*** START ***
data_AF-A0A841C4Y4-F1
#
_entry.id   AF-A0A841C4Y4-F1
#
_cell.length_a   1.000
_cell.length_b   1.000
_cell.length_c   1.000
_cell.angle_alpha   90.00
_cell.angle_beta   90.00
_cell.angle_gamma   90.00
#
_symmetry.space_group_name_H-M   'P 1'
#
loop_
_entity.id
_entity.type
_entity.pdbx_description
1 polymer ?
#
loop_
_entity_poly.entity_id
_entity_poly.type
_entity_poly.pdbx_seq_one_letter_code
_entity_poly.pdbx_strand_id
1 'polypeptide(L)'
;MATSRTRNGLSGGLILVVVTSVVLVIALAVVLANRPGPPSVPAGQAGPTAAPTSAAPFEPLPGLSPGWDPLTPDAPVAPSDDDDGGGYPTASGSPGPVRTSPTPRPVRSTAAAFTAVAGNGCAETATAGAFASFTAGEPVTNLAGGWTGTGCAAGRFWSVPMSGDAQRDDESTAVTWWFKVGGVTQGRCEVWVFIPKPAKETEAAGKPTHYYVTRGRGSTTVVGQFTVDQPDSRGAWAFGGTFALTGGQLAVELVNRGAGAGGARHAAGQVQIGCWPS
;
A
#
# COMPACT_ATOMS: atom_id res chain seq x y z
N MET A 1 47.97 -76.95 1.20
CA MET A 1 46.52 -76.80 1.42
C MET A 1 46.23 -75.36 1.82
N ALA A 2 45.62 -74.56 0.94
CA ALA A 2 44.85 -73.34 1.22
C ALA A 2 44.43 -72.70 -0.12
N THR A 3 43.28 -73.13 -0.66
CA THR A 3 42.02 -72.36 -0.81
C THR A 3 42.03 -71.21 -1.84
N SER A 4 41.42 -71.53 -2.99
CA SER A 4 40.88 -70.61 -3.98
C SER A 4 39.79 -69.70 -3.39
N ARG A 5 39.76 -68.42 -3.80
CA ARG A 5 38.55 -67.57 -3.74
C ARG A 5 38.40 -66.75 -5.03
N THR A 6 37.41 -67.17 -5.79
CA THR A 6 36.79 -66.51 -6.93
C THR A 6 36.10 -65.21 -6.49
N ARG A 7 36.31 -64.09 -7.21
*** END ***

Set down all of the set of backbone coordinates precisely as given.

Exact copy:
data_AF-A0A841C4Y4-F1
#
_entry.id   AF-A0A841C4Y4-F1
#
_cell.length_a   1.000
_cell.length_b   1.000
_cell.length_c   1.000
_cell.angle_alpha   90.00
_cell.angle_beta   90.00
_cell.angle_gamma   90.00
#
_symmetry.space_group_name_H-M   'P 1'
#
loop_
_entity.id
_entity.type
_entity.pdbx_description
1 polymer ?
#
loop_
_entity_poly.entity_id
_entity_poly.type
_entity_poly.pdbx_seq_one_letter_code
_entity_poly.pdbx_strand_id
1 'polypeptide(L)'
;MATSRTRNGLSGGLILVVVTSVVLVIALAVVLANRPGPPSVPAGQAGPTAAPTSAAPFEPLPGLSPGWDPLTPDAPVAPSDDDDGGGYPTASGSPGPVRTSPTPRPVRSTAAAFTAVAGNGCAETATAGAFASFTAGEPVTNLAGGWTGTGCAAGRFWSVPMSGDAQRDDESTAVTWWFKVGGVTQGRCEVWVFIPKPAKETEAAGKPTHYYVTRGRGSTTVVGQFTVDQPDSRGAWAFGGTFALTGGQLAVELVNRGAGAGGARHAAGQVQIGCWPS
;
A
#
# COMPACT_ATOMS: atom_id res chain seq x y z
N MET A 1 47.97 -76.95 1.20
CA MET A 1 46.52 -76.80 1.42
C MET A 1 46.23 -75.36 1.82
N ALA A 2 45.62 -74.56 0.94
CA ALA A 2 44.85 -73.34 1.22
C ALA A 2 44.43 -72.70 -0.12
N THR A 3 43.28 -73.13 -0.66
CA THR A 3 42.02 -72.36 -0.81
C THR A 3 42.03 -71.21 -1.84
N SER A 4 41.42 -71.53 -2.99
CA SER A 4 40.88 -70.61 -3.98
C SER A 4 39.79 -69.70 -3.39
N ARG A 5 39.76 -68.42 -3.80
CA ARG A 5 38.55 -67.57 -3.74
C ARG A 5 38.40 -66.75 -5.03
N THR A 6 37.41 -67.17 -5.79
CA THR A 6 36.79 -66.51 -6.93
C THR A 6 36.10 -65.21 -6.49
N ARG A 7 36.31 -64.09 -7.21